Learning by numbers: Teachers in Madagascar use data to improve the classroom
Data Must Speak training course helps teachers use school data to report on performance and advocate for resources.
AMBALATENINA, Madagascar – It’s a full day’s walk to reach the peaceful village of Ambalatenina, located in a remote area of eastern Madagascar. Surrounded by mountains covered with lush bamboo and palm trees, Ambalatenina is connected to the nearest town by little more than a dusty path. The village’s 450 or so inhabitants subsist on rice farming or labouring in the nearby gold mines. They live in huts made of palm leaves and bamboo.
Officially, 113 students aged 6 to 13 are enrolled at Ambalatenina’s primary school, which is also built from materials sourced from the forest. In reality, far fewer attend. In this poor, rural area, families rely on every member to contribute, and children can often be found in the fields or the mines. The school is not only short of students; it struggles to source supplies and appropriately trained staff.
Melene is 11 years old and lives in Ambalatenina. “Last year, I had to sit with many others on the ground because there were not enough chairs and tables in our classroom,” she says. “It made me so tired. I had back pain every time I went to school.”
Addressing the gaps
Benedicte Rasoa, 23, is Melene’s teacher. After graduating from secondary school in 2016, Benedicte began working at the primary school. Her degree makes her the most-qualified of the three teachers. Within a year, she was promoted to head of school.
Though she loves her job and the children, running a school was more than the young woman had expected. “I am not experienced and skilled enough yet,” she says. “I don’t know how to ensure the students learn in a safe and high-quality environment.”
Shortly after taking on the new role, Benedicte enrolled in a UNICEF Data Must Speak training course. In line with the Sustainable Development Goals and the Child-Friendly School approach, Data Must Speak focuses on data generation to foster change in schools like Melene and Benedictine’s. It emphasizes local initiatives for school development, community involvement in school management and child rights-based data collection and analysis.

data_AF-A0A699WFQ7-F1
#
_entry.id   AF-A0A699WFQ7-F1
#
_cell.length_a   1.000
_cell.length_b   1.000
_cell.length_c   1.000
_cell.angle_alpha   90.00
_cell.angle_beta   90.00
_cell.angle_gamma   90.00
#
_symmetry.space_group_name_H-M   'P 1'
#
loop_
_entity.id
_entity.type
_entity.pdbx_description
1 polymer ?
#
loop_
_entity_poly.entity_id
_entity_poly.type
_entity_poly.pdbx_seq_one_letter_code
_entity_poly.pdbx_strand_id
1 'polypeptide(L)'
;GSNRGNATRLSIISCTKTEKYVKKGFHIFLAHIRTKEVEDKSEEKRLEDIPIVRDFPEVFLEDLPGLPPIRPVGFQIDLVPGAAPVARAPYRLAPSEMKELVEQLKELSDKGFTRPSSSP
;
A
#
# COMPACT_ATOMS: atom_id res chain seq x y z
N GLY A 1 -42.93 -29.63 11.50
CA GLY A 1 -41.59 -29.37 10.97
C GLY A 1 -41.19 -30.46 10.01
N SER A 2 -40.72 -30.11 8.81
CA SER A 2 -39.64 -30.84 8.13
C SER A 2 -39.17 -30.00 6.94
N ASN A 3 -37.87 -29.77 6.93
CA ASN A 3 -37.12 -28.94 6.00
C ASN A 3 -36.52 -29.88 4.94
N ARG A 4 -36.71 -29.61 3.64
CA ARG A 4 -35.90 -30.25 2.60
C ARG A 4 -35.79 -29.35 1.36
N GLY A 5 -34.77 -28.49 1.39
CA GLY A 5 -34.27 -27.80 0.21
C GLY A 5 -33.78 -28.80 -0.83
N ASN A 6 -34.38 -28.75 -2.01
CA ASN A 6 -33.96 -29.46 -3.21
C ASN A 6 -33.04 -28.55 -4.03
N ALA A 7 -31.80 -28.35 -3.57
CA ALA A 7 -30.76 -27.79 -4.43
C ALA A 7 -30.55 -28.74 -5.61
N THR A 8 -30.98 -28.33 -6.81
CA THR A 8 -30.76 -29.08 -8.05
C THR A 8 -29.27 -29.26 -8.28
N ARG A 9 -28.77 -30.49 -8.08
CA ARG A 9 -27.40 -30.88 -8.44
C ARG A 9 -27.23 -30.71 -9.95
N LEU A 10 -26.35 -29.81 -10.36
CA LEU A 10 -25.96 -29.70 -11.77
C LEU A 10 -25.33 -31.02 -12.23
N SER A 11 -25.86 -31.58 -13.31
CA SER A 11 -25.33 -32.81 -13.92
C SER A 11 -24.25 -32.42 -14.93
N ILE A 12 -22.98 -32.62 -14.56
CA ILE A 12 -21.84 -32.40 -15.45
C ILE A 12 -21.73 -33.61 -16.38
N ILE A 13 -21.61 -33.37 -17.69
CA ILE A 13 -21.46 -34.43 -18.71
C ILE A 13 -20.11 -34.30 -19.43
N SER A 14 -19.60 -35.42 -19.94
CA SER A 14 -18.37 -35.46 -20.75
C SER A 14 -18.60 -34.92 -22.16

UNICEF has implemented the programme in five regions of Madagascar, covering 5,778 school principals, with trainings in two additional regions scheduled for January 2019. The goal of the trainings is to bolster regional authorities’ allocation of resources to schools and empower communities to have a say in the quality of their children’s education.
"Last year, I had to sit with many others on the ground because there were not enough chairs and tables in our classroom."
Building strength from weakness
During the practical and intense six-day training, Benedicte learned how to measure the performance of her school and identify weaknesses in the learning environment. She became familiar with critical education indicators such as percentage of girls enrolled, net enrolment and the dropout rate, and learned how to analyze them to identify problems. The Education Regional Authority provides each school a data dashboard to report on performance, a tool that Benedicte can now use with confidence. During the training, she even made a short presentation on her school development draft plan.
“The training helped me proceed with my new tasks. I learned how to manage school data and to monitor indicators. This helps me make decisions,” Benedicte explains.
Every day at work, she uses these new skills to closely follow students’ experience: How many students drop out? Repeat classes? How many have the supplies they need?
With this information, the parents and local community association realized how poorly equipped the school was. It decided to increase the number of tables and seats in the classroom, cover the damp ground with cement, and provide a roof for the toilets. These measures improve comfort and safety in the school, creating a better learning environment and allowing children to focus more on academics.
Benedicte is determined to help more children stay in school and away from the farms and mines. She regularly organizes meetings with the official in charge of counselling and monitoring, and every month presents performance results to the parent-community association, suggesting new plans and targets with confidence.
Her hard work has already made a huge impact. Today, 70 per cent of the students can sit in the classroom, compared to 30 per cent not so long ago. Benedicte also makes a point to consider girls’ needs, ensuring they have the same learning conditions as boys; for instance, sporting equipment is now offered to both genders. Since the training, girls’ attendance rates have increased from 75 per cent to 90 per cent.
With inputs from teachers like Benedicte, communities are also being given information on the school performance, empowering families to engage with school administrations and ensure their children’s needs are being met.
Melene is pleased with the new developments at her school. “I can sit at a chair and desk and keep my notebook away from dust,” she reports. “My teacher told me that my handwriting has become one the best in the class. I am very happy.”